Jane Jacobs and Public Social Control

In Chapter 2 of Jane Jacobs’ book, “The Death and Life of Great American Cities”, Jacobs describes the ways in which the safety of certain neighborhoods can be determined by the usage of sidewalks or streets. She discusses how certain areas of neighborhoods are deemed to be safer because of heavier foot traffic. But what determines whether or not a certain street will have heavy foot traffic? Why is it that the presence of police matters less than the presence of watchful neighbors?

The presence of watchful neighbors increases the likelihood of safety in a given space because of accountability. In my criminal psychology class today, we discussed the power of public social control. The point of public social control is that ordinary citizens can publicly call out their counterparts to ensure order and maintain social norms. Certain societies have stronger tendencies towards these types of practices, for example, communities in Germany. From my exploration of the neighborhood near my university, I am still unable to determine how strict citizens of Perugia are.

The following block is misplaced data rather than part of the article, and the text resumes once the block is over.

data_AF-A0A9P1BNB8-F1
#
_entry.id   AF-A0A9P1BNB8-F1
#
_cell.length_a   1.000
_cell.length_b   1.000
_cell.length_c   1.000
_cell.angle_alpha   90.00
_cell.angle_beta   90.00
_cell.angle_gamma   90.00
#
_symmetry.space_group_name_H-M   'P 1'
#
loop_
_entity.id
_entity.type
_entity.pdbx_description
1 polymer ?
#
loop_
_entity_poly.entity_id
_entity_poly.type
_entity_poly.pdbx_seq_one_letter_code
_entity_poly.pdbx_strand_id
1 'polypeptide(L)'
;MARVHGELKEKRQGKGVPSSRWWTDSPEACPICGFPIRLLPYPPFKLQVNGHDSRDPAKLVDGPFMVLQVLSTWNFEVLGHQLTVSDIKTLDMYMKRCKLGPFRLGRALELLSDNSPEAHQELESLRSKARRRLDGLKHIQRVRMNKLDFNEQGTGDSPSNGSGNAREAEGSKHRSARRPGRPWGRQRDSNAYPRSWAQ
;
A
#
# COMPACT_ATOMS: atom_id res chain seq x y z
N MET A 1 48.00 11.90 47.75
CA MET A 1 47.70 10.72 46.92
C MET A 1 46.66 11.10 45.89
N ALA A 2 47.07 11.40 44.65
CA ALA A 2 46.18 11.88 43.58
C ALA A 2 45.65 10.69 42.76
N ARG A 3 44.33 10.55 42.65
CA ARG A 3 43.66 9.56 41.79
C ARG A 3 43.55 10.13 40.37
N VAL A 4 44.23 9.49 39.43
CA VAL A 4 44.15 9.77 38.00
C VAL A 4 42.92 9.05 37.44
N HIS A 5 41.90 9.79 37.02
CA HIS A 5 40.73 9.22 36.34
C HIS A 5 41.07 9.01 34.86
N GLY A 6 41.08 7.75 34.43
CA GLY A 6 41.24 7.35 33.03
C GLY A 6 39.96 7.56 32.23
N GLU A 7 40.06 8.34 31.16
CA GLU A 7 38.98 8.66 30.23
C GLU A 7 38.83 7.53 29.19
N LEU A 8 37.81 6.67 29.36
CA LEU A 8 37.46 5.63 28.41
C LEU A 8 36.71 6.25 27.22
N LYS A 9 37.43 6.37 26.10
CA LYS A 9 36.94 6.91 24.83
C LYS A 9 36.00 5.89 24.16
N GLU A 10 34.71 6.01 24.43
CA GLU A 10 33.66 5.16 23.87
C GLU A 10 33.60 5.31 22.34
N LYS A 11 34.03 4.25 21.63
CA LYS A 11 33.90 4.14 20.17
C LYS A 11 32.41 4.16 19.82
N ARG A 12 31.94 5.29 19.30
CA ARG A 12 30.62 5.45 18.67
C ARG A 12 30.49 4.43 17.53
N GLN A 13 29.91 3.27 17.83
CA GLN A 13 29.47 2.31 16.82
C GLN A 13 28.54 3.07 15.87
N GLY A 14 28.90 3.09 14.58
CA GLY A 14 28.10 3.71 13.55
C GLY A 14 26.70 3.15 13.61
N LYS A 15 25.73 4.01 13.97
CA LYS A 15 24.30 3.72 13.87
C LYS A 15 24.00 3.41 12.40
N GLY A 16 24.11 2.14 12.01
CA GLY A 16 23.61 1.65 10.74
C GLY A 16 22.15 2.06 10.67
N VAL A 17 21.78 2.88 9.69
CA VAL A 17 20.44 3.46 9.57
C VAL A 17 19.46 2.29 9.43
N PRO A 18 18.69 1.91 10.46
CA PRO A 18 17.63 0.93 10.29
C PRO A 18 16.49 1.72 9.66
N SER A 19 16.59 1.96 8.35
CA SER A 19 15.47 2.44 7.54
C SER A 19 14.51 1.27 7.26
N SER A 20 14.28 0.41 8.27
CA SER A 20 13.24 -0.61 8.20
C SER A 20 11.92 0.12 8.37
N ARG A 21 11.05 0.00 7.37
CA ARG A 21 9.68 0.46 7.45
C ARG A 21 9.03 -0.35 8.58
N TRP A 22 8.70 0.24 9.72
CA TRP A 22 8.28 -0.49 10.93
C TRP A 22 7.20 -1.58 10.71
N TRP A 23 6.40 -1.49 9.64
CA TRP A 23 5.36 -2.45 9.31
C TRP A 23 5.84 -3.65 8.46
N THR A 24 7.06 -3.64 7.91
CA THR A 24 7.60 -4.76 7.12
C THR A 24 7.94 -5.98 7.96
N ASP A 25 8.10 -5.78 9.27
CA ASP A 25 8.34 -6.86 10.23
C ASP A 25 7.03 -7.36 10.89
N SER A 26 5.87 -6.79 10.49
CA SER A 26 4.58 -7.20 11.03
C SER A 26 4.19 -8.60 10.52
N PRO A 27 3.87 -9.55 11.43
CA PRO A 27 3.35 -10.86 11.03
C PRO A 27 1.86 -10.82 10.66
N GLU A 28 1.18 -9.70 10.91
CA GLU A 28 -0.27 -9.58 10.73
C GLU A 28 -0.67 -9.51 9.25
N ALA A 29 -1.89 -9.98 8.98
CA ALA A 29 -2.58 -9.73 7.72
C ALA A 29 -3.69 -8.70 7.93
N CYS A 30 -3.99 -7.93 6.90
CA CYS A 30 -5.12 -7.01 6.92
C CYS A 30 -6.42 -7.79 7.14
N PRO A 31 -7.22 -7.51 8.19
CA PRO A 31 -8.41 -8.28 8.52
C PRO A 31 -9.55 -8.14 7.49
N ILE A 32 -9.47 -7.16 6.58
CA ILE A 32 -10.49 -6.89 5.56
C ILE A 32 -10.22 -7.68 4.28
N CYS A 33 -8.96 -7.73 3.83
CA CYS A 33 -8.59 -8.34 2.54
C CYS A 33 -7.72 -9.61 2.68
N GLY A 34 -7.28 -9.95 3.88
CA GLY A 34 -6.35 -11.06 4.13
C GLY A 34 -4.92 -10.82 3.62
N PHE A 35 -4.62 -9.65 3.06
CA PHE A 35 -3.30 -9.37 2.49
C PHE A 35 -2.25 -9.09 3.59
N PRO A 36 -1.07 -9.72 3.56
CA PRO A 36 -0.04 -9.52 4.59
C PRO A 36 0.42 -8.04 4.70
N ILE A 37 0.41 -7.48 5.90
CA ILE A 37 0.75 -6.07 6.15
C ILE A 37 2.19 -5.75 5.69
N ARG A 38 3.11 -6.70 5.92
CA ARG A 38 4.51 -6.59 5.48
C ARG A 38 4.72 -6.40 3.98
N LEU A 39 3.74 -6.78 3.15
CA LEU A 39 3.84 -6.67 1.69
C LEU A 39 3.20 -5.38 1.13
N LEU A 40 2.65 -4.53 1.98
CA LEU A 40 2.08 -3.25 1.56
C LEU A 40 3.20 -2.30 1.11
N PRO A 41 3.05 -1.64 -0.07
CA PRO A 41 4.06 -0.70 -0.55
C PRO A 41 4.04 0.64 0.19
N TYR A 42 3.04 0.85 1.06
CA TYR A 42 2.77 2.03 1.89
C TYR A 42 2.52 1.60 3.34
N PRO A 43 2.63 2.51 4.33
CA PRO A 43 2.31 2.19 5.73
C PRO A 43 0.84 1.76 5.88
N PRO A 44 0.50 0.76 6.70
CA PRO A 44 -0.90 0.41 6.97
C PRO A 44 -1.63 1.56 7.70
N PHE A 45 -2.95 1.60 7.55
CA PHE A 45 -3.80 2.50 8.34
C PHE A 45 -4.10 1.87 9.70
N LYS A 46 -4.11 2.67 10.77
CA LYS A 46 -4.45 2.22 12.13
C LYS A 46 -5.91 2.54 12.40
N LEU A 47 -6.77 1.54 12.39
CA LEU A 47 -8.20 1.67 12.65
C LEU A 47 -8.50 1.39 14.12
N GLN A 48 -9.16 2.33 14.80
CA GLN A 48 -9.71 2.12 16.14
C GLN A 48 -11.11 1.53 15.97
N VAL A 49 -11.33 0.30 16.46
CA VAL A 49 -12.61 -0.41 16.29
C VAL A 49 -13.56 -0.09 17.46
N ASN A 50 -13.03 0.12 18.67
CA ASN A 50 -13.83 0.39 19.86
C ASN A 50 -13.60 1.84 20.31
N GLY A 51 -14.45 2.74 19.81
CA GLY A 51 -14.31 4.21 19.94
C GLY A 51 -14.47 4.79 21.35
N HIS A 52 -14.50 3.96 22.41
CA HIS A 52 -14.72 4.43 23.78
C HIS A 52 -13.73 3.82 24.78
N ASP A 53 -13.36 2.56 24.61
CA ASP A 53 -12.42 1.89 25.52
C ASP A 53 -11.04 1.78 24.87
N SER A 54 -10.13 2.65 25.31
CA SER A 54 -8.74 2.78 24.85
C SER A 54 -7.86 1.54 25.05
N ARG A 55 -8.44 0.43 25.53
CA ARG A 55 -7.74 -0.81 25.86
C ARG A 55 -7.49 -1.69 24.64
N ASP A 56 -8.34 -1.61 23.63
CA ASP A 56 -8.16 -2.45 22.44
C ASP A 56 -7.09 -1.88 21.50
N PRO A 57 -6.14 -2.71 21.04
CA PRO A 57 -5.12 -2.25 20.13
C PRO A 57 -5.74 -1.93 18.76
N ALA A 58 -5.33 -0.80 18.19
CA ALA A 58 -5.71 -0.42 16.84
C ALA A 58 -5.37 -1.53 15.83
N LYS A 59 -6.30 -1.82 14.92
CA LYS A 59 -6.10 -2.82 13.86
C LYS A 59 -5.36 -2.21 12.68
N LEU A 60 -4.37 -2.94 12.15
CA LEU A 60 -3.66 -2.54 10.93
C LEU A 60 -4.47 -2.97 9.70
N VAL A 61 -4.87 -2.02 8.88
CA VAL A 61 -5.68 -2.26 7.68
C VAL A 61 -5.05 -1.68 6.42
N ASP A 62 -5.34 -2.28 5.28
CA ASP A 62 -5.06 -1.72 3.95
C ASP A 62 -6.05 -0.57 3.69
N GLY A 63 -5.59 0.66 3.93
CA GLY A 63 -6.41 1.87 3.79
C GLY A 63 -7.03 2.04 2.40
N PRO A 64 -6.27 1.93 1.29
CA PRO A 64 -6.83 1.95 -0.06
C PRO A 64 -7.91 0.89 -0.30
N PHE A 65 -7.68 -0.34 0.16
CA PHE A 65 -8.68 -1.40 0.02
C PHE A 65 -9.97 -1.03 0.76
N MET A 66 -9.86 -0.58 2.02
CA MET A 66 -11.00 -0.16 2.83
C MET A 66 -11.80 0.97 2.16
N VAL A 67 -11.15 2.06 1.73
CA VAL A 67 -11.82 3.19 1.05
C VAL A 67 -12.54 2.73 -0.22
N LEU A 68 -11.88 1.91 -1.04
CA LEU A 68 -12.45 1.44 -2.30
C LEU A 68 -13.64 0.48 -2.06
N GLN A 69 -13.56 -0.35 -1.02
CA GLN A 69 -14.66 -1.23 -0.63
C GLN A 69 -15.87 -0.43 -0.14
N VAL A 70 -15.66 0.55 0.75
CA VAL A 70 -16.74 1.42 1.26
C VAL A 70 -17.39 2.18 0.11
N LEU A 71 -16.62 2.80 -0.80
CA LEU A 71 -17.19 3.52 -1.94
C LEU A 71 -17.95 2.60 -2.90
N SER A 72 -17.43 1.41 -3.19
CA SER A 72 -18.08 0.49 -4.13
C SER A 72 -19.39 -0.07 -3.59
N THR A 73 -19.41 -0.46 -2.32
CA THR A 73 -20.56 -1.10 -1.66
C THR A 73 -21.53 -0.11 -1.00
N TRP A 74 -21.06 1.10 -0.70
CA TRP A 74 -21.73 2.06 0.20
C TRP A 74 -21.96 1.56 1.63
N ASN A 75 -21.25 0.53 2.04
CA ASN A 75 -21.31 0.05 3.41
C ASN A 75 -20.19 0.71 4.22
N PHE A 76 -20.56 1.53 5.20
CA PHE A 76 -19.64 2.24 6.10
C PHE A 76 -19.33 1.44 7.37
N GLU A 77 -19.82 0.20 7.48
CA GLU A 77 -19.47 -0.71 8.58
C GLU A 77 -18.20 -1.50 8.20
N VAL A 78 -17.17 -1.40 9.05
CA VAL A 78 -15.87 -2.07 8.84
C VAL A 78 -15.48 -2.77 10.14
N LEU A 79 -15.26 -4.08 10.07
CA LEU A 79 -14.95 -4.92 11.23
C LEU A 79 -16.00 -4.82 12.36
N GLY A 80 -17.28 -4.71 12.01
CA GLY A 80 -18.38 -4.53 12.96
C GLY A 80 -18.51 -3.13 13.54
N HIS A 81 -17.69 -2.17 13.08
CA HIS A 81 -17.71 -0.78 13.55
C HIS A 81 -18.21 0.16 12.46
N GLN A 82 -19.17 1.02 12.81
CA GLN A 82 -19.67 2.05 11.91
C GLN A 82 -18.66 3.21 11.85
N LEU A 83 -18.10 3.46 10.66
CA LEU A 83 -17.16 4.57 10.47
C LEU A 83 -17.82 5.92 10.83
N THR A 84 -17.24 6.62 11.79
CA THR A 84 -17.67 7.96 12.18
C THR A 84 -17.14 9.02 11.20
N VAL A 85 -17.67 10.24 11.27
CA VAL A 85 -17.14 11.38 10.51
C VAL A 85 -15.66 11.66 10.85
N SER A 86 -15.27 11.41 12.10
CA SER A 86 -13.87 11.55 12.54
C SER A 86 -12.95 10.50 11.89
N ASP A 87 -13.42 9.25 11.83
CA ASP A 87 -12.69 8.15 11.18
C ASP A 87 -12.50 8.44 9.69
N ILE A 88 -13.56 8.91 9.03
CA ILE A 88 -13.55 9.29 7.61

However, from my exploration of the neighborhood this past week I did notice how the common areas of the community were very well-kept. It was clear that effort had been put into maintaining these spaces and they seemed to be heavily trafficked by citizens and pedestrians. As Jane Jacobs stated, the popularity of these spaces increased their safety, and perhaps also their aesthetic. We did explore a park, however, that seemed to be the opposite. Apart from a few fences or rock stairs, there was little structure to it. Although the community members said that it was not necessarily a dangerous place, it seemed neglected, which can predispose it to crime. The members of the community that we met with were trying to brainstorm ways to increase the popularity of the park by hosting events or renovating the area. This is a project we will hopefully be able to help them with throughout this coming semester.

This entry was posted in Place-making, Uncategorized and tagged , , . Bookmark the permalink.

Leave a Reply

Fill in your details below or click an icon to log in:

WordPress.com Logo

You are commenting using your WordPress.com account. Log Out /  Change )

Google photo

You are commenting using your Google account. Log Out /  Change )

Twitter picture

You are commenting using your Twitter account. Log Out /  Change )

Facebook photo

You are commenting using your Facebook account. Log Out /  Change )

Connecting to %s

This site uses Akismet to reduce spam. Learn how your comment data is processed.